Jetbeam PC20 flashlight review: CREE XHP35 LED 1,800 LUMENS (2019 model)
Jetbeam is a company that needs little to no introduction for most enthusiasts - they’ve been around since 2004, and their lights are well known for reliability and durability. Today I’ll be looking at their Jet-PC20; a 21700 tactical/weapon light, with an XHP35 HD providing the bright stuff.
This is the first Jetbeam light I’ve used, and I’m keen to see if they live up to the hype!
What you'll get:
The packaging for this light is quite a nice retail box, and has a large amount of information on it. The box has a few slight creases, but nothing overly worrying. Opening it up and looking inside, we find some plastic packaging containing:
- The Jet-PC20 itself, with tactical ring attached
- USB-A to USB-C charging cable, with USB-A passthrough
- A Jetbeam-branded 5100mAh 21700 battery (complete with plastic cap for shipping)
- A small bag with clip and spare o-ring
- Lanyard (and quite a nice one at that)
- User manual and assorted papers
Which is quite a well-rounded kit - this light can be bought with everything you need to use and charge it.
|Brand / Model||Jetbeam PC20 (2019)|
|LED||CREE XHP35 HD 6500K|
|Beam intensity||13900 cd|
|Battery config.||1*21700 (included)|
|Waterproof||Rated for IPX8 (2m underwater)|
|Review date||November 2019|
Handling of the light
Out of the box, the Jet-PC20 comes with a “tactical” ring attached. At first, I was somewhat dubious, but I found that while holding the light in an overhand manner, it sits very snugly between my pointer and middle finger, with my pinky resting over/slightly next to the mode change button. With gloves on, this would sit perfectly on top of it.
The lanyard included is brilliant! A good length, and with an easily-adjustable tightness bar. With this on and secured, I felt very comfortable in letting the light “drop” from my hand to simulate real-world fumbles.
In under-handed mode (that is, holding it horizontal to the ground, thumb forward), it felt slightly awkward - changing modes is fine, but turning the light back off requires you to rotate it in the hand. My reading of the marketing for the light indicates to me that this isn’t the intended method of carrying, though.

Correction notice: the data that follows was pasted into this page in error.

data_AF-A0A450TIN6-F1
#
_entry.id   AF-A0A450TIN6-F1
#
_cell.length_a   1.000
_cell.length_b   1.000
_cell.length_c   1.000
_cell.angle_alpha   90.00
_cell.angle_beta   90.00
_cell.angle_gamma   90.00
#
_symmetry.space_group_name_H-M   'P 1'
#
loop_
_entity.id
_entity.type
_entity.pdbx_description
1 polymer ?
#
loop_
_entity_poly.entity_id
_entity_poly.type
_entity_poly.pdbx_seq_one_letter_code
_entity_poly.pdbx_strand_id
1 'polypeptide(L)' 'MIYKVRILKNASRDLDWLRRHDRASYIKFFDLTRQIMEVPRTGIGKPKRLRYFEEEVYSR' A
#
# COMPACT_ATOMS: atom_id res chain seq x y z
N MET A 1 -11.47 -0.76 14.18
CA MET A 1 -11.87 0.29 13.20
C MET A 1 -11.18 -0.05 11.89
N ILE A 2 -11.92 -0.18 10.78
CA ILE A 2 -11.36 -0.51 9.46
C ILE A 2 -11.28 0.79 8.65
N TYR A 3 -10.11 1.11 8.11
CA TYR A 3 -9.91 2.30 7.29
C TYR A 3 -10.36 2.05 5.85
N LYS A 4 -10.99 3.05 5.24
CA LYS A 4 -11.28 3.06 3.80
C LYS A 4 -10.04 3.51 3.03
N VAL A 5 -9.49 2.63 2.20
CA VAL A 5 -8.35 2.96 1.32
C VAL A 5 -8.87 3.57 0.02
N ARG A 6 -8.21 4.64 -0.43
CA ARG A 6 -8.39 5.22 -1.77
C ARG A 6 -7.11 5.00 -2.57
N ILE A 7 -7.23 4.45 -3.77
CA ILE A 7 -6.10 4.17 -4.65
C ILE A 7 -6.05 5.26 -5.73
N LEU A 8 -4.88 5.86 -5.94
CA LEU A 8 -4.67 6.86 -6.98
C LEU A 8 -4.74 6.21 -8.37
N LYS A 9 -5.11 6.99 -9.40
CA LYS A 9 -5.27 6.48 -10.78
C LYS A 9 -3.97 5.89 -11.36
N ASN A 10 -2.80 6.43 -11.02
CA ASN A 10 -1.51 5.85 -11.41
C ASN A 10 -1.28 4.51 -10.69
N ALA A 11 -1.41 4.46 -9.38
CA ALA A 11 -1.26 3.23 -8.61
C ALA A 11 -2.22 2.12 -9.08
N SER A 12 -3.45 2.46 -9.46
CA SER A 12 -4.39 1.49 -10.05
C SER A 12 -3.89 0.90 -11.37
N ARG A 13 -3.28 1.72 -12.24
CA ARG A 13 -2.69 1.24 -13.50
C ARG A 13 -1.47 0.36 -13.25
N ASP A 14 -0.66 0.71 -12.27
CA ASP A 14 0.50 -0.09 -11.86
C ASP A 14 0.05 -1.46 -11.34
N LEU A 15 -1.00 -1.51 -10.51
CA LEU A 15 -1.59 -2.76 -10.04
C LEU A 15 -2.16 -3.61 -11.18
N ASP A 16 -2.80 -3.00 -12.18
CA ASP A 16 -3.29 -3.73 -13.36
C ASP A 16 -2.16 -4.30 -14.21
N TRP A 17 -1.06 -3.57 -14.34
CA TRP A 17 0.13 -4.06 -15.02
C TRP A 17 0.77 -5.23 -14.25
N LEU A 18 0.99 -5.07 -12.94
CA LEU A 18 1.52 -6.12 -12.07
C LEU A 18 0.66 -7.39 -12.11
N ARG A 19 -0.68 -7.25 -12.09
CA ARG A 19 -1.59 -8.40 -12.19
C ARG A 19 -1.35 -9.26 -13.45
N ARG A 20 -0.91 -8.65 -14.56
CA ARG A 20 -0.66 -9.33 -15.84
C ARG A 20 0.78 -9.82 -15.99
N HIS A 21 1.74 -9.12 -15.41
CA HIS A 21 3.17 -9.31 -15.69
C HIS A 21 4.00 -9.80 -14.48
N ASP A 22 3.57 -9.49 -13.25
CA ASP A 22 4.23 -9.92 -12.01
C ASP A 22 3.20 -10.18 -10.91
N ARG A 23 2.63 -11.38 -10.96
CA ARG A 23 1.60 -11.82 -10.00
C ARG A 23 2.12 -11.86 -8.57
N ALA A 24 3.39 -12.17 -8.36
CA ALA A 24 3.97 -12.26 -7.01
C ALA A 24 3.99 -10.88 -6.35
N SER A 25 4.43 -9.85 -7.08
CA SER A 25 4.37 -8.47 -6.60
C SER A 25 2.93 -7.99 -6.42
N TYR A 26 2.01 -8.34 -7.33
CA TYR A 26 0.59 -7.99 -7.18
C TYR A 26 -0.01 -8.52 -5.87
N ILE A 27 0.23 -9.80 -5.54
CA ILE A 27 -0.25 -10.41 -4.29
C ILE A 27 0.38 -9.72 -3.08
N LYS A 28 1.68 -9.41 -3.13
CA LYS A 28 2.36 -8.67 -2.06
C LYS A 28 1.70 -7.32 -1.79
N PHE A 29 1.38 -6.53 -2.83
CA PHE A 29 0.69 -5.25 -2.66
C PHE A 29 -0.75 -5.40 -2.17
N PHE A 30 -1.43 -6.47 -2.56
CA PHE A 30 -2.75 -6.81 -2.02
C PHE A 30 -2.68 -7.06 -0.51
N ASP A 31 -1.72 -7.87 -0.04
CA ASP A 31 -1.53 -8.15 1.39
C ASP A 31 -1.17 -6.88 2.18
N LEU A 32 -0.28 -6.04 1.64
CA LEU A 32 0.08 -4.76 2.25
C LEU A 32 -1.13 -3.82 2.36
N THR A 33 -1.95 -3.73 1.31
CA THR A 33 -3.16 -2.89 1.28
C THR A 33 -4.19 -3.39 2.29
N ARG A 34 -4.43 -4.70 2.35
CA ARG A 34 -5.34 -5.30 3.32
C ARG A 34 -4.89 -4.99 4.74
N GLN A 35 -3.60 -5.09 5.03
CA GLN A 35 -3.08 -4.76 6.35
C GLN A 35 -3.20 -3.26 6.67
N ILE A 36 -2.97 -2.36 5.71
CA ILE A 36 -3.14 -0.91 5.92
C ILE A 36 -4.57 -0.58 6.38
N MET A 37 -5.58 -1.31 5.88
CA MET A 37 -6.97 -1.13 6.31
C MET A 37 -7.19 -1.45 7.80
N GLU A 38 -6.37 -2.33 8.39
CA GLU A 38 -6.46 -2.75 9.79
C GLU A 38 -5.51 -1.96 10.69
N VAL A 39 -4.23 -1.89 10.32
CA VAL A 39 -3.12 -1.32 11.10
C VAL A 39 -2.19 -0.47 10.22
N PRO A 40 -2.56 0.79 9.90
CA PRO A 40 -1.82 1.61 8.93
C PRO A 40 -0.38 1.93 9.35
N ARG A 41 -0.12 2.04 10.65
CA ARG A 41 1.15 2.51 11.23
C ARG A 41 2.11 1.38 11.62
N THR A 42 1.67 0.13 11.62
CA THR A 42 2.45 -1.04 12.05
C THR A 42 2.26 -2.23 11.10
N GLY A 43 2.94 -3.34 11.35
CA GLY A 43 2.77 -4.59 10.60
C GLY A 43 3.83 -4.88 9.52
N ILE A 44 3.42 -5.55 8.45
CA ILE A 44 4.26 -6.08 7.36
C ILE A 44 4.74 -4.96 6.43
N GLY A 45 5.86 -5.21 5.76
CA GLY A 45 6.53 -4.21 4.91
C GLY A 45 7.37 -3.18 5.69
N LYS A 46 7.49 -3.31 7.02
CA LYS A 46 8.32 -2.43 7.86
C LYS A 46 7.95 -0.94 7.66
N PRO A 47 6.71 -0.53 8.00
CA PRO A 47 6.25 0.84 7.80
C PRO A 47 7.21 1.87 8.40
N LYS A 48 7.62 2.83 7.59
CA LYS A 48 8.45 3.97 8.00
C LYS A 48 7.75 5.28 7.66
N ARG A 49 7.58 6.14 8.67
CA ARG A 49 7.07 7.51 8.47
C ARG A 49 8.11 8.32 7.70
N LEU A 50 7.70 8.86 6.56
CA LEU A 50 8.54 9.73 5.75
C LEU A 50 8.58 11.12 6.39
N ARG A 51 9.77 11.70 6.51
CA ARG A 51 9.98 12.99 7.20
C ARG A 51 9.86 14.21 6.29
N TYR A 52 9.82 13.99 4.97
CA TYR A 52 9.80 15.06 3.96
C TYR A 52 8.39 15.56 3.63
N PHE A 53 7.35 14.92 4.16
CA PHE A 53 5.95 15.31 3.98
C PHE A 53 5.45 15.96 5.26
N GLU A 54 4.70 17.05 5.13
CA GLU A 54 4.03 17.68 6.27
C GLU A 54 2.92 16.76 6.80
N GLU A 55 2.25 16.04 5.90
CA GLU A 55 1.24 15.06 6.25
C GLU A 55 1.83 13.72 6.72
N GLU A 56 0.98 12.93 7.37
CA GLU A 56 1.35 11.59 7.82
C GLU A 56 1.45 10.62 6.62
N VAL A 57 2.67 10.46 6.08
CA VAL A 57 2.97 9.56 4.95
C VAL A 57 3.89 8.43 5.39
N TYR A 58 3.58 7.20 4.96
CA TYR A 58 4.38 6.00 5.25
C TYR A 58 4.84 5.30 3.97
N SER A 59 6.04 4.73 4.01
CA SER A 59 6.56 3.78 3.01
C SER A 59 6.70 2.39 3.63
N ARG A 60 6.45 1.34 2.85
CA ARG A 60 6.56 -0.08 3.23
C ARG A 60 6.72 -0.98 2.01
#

The pocket clip is a friction-clip, so it takes quite a bit of effort to put on after the tac-ring is off. I’ve probably scratched the anodisation underneath it while putting it on… but I’m not game to look, plus I like it with the clip on, anyway.
Build Quality, knurling, threads, and anodization
Build quality is as I expected given my prior impression of Jetbeam - everything lines up very snugly, and everything sits where it’s meant to.
Threads are a horizontal cut, making the tailcap easy to engage when screwing it back on. Unscrewing was slightly harder; it almost feels like there’s a vacuum inside the light exerting pressure against the unscrew, but it’s not too hard to push past that. The O-ring on the tailcap is a lovely red/orange, and is well lubricated, as are the threads.
Anodisation is on point - I couldn’t detect any blemishes or marks, just a solid coat that feels good to the hand. Not too chalky, not too smooth - just right.
LEDs, Lens, Bezel and Reflector
I can’t find any official literature that has the colour temperature of the XHP35 HD used in the Jet-PC20, but to my eye, it’s around 6500K. This is far higher than my personal preference, but for what it’s designed for, I can understand. While there’s multiple variations of this emitter, I would imagine that it would be in 70 CRI format - in a law enforcement situation, I feel that the 80 or 90 CRI emitters would be more suited, as the tradeoff for brightness vs being able to distinguish objects would be valuable.
This is all situated under a smooth reflector and AR glass. At first I wondered if having an OP (textured) reflector wouldn’t be more suited, as it’d increase the hotspot, the XHP35 HD does that job itself by nature of being a domed emitter.
A beamshot comparison below is an FW3A with the rosy sw45k, the Jetbeam Jet-PC20 XHP35 HD 6500K, and then a Convoy S12 Nichia 219C 4000K.
Driver & User Interface:
The Jet-PC20 has a “tactical” UI in that it combines the tail and e-switch for full functionality. There are five modes, plus a strobe function. Note that it cycles from Turbo down to Eco, in true “tactical” fashion.
- Turbo (1800lm), High (1060lm), Middle (360lm), Low (80lm), Eco (12lm).
- Click tail switch - On (to mode memory)
- Half-press tail switch - Momentary memory mode
- Click tail switch - Off
- Click side switch - Mode advance (Turbo > Eco)